IndieWire’s David Ehrlich published a story yesterday that’s got one of those headlines you can’t simply pass by, and reader, we could not resist its siren song:
If that’s something you can resist, you are stronger than we—but you’re also missing out, because this story is great. The gist is this: Mary Steenburgen, Oscar-winning actor, had routine arm surgery in 2009. She woke up “feeling like her mind was on fire”:
“I felt strange as soon as the anesthesia started to wear off,” Steenburgen said. “The best way I can describe it is that it just felt like my brain was only music, and that everything anybody said to me became musical. All of my thoughts became musical. Every street sign became musical. I couldn’t get my mind into any other mode... I couldn’t focus, I couldn’t have acted,” she said. “I couldn’t have learned any lines. My husband [actor Ted Danson] and I were kind of frightened about it.”
Steenburgen hadn’t been all that musical previously (“I had been somebody who really liked music,” she told Ehrlich, “but I had never been obsessed with it; I was obsessed with acting, and that felt like a big enough subject for me.”) But suddenly it was all she could think about. Ehrlich’s piece also includes excerpts of a conversation with Steenburgen’s son, filmmaker Charlie McDowell, who says stuff like this: “All of the sudden she was referencing these obscure indie bands and picking up random instruments — I’m not gonna lie, the accordion playing drives me nuts.”
We don’t want to give away the whole story of Steenburgen’s journey to Nashville, where she now owns a home because she is a working songwriter, but the reason this is in IndieWire now is because she’s one of the credited songwriters on “Glasgow (No Place Like Home),” the climactic ballad from the Jessie Buckley-starring Wild Rose. Though if you read Katie Rife’s warm review of the film when it was released this summer, you already knew that.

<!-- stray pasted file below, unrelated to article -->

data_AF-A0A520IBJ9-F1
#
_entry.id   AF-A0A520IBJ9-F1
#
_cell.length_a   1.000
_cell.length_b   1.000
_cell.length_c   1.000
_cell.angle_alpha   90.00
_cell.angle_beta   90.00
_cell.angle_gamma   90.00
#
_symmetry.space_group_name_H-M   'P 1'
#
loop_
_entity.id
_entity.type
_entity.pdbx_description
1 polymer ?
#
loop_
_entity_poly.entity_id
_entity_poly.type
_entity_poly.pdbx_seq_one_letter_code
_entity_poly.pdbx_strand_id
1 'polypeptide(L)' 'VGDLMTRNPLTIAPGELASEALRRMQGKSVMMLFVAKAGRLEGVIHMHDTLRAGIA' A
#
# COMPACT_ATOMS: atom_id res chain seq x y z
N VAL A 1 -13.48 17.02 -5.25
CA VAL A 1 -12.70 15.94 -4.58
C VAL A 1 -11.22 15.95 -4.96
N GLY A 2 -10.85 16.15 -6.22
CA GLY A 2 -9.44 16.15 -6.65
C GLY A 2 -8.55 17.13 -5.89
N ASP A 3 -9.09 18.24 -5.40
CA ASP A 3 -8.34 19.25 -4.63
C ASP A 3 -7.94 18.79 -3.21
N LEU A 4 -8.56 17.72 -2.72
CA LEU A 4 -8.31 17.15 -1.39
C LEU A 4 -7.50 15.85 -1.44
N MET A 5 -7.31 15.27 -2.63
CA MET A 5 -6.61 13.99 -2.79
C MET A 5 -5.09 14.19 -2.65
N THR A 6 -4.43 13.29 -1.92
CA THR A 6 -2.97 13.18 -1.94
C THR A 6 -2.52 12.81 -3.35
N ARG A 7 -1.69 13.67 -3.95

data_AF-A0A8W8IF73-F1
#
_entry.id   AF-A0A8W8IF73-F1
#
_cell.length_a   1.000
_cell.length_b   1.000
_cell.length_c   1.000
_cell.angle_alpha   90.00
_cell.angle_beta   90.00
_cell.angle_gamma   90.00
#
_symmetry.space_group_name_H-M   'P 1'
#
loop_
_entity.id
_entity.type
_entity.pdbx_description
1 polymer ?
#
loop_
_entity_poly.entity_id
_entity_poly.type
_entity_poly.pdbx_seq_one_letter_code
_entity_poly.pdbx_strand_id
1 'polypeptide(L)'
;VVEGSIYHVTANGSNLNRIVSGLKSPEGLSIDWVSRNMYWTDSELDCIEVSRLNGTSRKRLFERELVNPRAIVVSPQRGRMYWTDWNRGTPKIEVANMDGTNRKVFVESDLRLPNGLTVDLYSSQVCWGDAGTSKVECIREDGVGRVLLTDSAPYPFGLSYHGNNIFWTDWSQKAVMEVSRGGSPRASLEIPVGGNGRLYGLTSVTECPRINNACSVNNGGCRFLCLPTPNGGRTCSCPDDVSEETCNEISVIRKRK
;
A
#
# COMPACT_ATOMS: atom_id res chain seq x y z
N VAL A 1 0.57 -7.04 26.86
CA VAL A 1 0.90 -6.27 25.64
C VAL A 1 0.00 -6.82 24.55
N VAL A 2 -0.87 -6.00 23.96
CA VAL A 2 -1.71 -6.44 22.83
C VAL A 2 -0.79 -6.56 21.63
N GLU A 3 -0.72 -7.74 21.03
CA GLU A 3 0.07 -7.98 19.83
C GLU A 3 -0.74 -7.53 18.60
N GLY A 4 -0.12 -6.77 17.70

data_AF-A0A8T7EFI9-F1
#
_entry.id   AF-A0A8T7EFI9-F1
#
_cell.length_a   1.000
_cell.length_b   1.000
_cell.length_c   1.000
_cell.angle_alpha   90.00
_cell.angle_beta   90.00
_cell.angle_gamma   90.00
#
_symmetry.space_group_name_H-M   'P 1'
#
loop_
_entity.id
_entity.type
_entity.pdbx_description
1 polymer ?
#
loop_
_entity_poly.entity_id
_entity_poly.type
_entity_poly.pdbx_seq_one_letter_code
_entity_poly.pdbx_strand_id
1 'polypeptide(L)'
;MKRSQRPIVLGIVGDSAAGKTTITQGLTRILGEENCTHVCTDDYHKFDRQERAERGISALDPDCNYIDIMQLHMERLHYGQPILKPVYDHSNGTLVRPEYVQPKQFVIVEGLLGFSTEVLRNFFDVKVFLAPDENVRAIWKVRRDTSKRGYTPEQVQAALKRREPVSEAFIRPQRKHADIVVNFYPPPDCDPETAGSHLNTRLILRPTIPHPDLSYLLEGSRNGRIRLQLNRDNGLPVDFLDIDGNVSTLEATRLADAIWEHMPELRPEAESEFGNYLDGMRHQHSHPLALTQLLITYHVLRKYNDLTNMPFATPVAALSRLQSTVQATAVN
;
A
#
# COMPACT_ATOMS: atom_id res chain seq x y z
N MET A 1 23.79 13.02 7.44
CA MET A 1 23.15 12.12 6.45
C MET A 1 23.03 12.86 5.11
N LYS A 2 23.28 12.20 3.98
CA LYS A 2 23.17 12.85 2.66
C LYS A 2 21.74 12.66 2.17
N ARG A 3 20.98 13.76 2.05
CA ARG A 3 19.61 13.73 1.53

10 years after that surgery, director Tom Harper and Buckley were looking for a song for Wild Rose’s big finish, and were coming up empty. And then:
At the last minute, a sample came in called “Glasgow (“No Place Like Home”). “It grabbed me by the heart the moment I heard it,” he said. “It just connected.” Buckley, who phoned in from the Chicago set of “Fargo,” had a similar experience: “It was just that immediate feeling of ‘this is the song.’”
That’s when Harper and Buckley first learned who had written it, and found themselves blindsided by “the Mary Steenburgen of it all.”
“The Mary Steenburgen of it all.” It’s a great song, and a great story; click on through to IndieWire for the whole yarn.